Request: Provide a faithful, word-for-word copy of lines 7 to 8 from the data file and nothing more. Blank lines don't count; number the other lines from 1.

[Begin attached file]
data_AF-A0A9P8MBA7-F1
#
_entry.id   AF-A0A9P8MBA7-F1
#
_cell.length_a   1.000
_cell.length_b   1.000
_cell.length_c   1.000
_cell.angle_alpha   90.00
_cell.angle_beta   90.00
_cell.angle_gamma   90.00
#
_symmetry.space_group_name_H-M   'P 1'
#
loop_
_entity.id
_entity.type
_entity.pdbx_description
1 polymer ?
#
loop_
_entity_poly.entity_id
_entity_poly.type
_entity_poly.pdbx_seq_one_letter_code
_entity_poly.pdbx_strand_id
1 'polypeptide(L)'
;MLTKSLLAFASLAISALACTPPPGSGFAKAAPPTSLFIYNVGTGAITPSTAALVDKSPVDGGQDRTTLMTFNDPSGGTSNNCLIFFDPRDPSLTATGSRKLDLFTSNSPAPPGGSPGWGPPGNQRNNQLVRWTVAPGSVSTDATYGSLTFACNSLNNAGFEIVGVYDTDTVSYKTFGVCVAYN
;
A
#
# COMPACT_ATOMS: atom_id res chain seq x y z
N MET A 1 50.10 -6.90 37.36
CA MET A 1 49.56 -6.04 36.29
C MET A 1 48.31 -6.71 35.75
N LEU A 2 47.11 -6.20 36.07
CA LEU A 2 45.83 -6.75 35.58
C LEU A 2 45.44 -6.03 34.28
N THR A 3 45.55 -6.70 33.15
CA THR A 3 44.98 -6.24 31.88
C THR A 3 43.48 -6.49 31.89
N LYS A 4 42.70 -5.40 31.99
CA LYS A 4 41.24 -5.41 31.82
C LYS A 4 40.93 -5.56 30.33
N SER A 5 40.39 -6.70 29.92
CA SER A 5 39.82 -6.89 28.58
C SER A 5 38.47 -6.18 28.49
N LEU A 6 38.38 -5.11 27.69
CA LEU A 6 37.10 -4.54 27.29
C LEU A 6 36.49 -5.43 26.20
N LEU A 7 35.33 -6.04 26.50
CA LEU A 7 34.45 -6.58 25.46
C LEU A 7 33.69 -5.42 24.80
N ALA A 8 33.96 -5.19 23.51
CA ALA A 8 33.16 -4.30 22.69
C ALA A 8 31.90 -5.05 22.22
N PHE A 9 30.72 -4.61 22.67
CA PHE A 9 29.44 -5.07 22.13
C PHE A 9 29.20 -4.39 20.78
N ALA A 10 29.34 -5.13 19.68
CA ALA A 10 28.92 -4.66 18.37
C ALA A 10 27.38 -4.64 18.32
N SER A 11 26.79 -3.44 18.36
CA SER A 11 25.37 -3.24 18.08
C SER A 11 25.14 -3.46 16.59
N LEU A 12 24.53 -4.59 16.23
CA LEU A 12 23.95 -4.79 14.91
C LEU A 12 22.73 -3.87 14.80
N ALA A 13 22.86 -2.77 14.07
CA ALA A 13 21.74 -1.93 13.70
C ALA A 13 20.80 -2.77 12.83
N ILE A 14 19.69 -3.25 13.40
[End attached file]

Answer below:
_cell.length_c   1.000
_cell.angle_alpha   90.00